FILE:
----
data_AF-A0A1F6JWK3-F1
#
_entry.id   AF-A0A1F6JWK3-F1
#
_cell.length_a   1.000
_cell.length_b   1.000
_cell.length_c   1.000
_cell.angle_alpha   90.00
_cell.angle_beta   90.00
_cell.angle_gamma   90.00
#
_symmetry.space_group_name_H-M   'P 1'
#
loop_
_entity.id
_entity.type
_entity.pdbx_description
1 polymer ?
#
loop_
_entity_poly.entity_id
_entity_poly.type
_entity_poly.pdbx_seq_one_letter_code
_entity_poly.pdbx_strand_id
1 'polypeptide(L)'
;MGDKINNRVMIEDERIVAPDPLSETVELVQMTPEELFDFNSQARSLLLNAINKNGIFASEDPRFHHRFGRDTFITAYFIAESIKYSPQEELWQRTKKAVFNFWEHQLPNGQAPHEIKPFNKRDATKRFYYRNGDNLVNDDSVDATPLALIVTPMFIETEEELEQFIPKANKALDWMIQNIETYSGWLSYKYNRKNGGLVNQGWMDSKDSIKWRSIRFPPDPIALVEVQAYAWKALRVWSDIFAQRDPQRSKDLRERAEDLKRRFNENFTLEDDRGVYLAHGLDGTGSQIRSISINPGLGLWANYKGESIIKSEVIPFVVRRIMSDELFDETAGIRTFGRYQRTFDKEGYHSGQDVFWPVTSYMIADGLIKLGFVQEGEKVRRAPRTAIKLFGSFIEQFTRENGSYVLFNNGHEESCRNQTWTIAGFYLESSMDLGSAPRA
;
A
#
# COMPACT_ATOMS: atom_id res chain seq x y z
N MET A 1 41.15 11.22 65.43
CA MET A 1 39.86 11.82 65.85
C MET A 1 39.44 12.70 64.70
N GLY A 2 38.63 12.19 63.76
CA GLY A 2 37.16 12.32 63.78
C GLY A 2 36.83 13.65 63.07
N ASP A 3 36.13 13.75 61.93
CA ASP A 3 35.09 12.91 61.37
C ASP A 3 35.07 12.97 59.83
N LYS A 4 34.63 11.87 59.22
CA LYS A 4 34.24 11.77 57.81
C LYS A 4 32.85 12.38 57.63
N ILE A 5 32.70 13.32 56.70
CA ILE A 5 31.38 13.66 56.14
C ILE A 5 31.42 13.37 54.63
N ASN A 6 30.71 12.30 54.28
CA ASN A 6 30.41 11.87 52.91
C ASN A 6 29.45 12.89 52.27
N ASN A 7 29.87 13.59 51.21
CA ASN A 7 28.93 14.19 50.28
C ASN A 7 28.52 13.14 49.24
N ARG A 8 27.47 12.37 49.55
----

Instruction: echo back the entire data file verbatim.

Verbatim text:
data_AF-A0A1F6JWK3-F1
#
_entry.id   AF-A0A1F6JWK3-F1
#
_cell.length_a   1.000
_cell.length_b   1.000
_cell.length_c   1.000
_cell.angle_alpha   90.00
_cell.angle_beta   90.00
_cell.angle_gamma   90.00
#
_symmetry.space_group_name_H-M   'P 1'
#
loop_
_entity.id
_entity.type
_entity.pdbx_description
1 polymer ?
#
loop_
_entity_poly.entity_id
_entity_poly.type
_entity_poly.pdbx_seq_one_letter_code
_entity_poly.pdbx_strand_id
1 'polypeptide(L)'
;MGDKINNRVMIEDERIVAPDPLSETVELVQMTPEELFDFNSQARSLLLNAINKNGIFASEDPRFHHRFGRDTFITAYFIAESIKYSPQEELWQRTKKAVFNFWEHQLPNGQAPHEIKPFNKRDATKRFYYRNGDNLVNDDSVDATPLALIVTPMFIETEEELEQFIPKANKALDWMIQNIETYSGWLSYKYNRKNGGLVNQGWMDSKDSIKWRSIRFPPDPIALVEVQAYAWKALRVWSDIFAQRDPQRSKDLRERAEDLKRRFNENFTLEDDRGVYLAHGLDGTGSQIRSISINPGLGLWANYKGESIIKSEVIPFVVRRIMSDELFDETAGIRTFGRYQRTFDKEGYHSGQDVFWPVTSYMIADGLIKLGFVQEGEKVRRAPRTAIKLFGSFIEQFTRENGSYVLFNNGHEESCRNQTWTIAGFYLESSMDLGSAPRA
;
A
#
# COMPACT_ATOMS: atom_id res chain seq x y z
N MET A 1 41.15 11.22 65.43
CA MET A 1 39.86 11.82 65.85
C MET A 1 39.44 12.70 64.70
N GLY A 2 38.63 12.19 63.76
CA GLY A 2 37.16 12.32 63.78
C GLY A 2 36.83 13.65 63.07
N ASP A 3 36.13 13.75 61.93
CA ASP A 3 35.09 12.91 61.37
C ASP A 3 35.07 12.97 59.83
N LYS A 4 34.63 11.87 59.22
CA LYS A 4 34.24 11.77 57.81
C LYS A 4 32.85 12.38 57.63
N ILE A 5 32.70 13.32 56.70
CA ILE A 5 31.38 13.66 56.14
C ILE A 5 31.42 13.37 54.63
N ASN A 6 30.71 12.30 54.28
CA ASN A 6 30.41 11.87 52.91
C ASN A 6 29.45 12.89 52.27
N ASN A 7 29.87 13.59 51.21
CA ASN A 7 28.93 14.19 50.28
C ASN A 7 28.52 13.14 49.24
N ARG A 8 27.47 12.37 49.55